Seafood is being overfished, and the oceans are warming and becoming acidic and are polluted with microplastics, all of which are reducing the supply of seafood. Seafood can be replaced using alternatives that might be plant-based or grown in a lab. About 70% of seafood is consumed in Asian countries, making seafood alternatives of special interest to Asians.

Precision agriculture is capturing data to make better decisions. Many farmers today may make big decisions without the use of data but could maybe make better decisions on what and how to grow and harvest if they did have data.

Food waste is a problem that doesn’t need to exist. Some produce remains in the field with no one to pick it. Unused food can be upcycled by being given to those who need it, composted, or used as a source of energy. There are movements at the state and local levels to get food retailers to distribute some food they would throw out to food rescue organizations.


Updated: Jan. 7, 10:30 a.m.

Channeling Digital Health’s Growth

Panelists in big tech, software, and health system sectors discussed the opportunities and challenges of integrating tech with healthcare. In the pre-Covid era, the application of tech in healthcare, specifically virtual care, was viewed as an experimental service put forth to attract new customers. However, since the pandemic, digital transformation has become an integral part of the healthcare journey. It is up to the players in the industry to sustain this momentum and integrate the lessons of the pandemic into the existing healthcare delivery system. Using patient data to develop actionable insights may be critical in supporting the digital transformation of the entire patient healthcare journey, from acute care to home wellness management. Dr. Hon Park, Chief Medical Officer of Samsung Electronics, also forecasts that the next battlefield in healthcare will likely take place within the home, in the form of home health management. Furthermore, tech may be used to aid not only patients but relieve the workforce by augmenting care through remote patient monitoring. In this way, tech is critical in rendering the healthcare experience that consumers need and demand today.


The articles below discuss the ongoing digital transformation in healthcare

Digital Health Takes Center Stage as CES 2022 Opens | HealthLeaders Media

Updated: Jan. 6, 6 p.m.

IPG @ CES: Innovation Conversation 2022 – Women in Sports
At this year’s IPG Innovation Conversation, an R/GA Ventures Global Sports panel explored how the representation and visibility of women in the professional sports landscape has grown. The discussion was timely as this summer will mark the 50th anniversary of the Title IX law that helped transform equal access for female athletes.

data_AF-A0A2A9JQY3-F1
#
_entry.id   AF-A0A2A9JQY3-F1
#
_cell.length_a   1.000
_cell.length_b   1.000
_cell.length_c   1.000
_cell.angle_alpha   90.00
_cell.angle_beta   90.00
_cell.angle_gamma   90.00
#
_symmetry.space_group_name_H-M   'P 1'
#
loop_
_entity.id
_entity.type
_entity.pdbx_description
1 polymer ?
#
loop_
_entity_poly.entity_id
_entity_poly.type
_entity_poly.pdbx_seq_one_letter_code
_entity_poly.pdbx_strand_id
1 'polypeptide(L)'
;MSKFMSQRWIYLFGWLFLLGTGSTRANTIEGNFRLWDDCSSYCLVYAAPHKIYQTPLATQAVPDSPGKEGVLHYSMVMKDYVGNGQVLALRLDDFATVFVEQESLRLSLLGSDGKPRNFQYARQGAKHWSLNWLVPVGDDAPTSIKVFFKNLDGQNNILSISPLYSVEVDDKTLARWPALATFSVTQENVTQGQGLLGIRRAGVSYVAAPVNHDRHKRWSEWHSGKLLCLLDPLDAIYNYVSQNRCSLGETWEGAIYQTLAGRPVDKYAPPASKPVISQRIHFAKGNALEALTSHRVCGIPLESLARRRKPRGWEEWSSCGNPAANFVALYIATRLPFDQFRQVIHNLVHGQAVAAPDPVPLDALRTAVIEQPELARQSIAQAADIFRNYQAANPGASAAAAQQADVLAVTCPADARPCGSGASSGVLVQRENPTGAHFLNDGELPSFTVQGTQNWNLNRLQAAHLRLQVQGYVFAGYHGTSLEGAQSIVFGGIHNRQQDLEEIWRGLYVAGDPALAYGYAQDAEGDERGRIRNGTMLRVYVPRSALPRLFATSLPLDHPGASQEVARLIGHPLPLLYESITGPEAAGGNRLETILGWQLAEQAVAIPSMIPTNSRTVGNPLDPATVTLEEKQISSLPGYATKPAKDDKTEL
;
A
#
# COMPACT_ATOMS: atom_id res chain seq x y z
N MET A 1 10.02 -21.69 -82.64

CEO of Athletes Unlimited Jon Patricof discussed the growing drive for sports fans to follow individual athletes over teams. Embracing this idea, Athletes Unlimited has developed a model where players are not committed to specific teams, allowing for player-driven organizations that empower athletes more than team owners or investors. Furthermore, the organization has taken a step away from big stadium experiences and toward more digital fan engagement and robust online experiences.

This New Yorker article discusses Athlete Unlimited’s model in more detail

Expanding on the model, the Sports Innovation Lab explores the concept of fluid fandom, which features fans who are less focused on one specific team and celebrates the individual athlete. Working to drive investments in women’s sports, Sports Innovation Lab has collected data on fans of women’s sports, learning about how this community engages with the industry and is evolving alongside technology. Research has revealed that fans of women’s sports are the most fluid fans of all and are more tech-savvy because they have often been corralled into the digital space.

Learn more about the project: The Fan Project Report: In-Depth — Sports Innovation Lab (

Ilana Kloss, CEO of Billie Jean King Enterprises, discussed how the organization is working with companies to build a more inclusive culture that fosters equality across the board and an environment without gender labels. In discussing her work, Kloss highlighted Starbucks and Salesforces among companies that are “walking the walk.” Touching on the women’s sports landscape, she emphasized the importance of telling authentic stories to resonate with audiences.

Find out more from this study on the experiences of women of color in the workplace funded by the organization: PowHER Redefined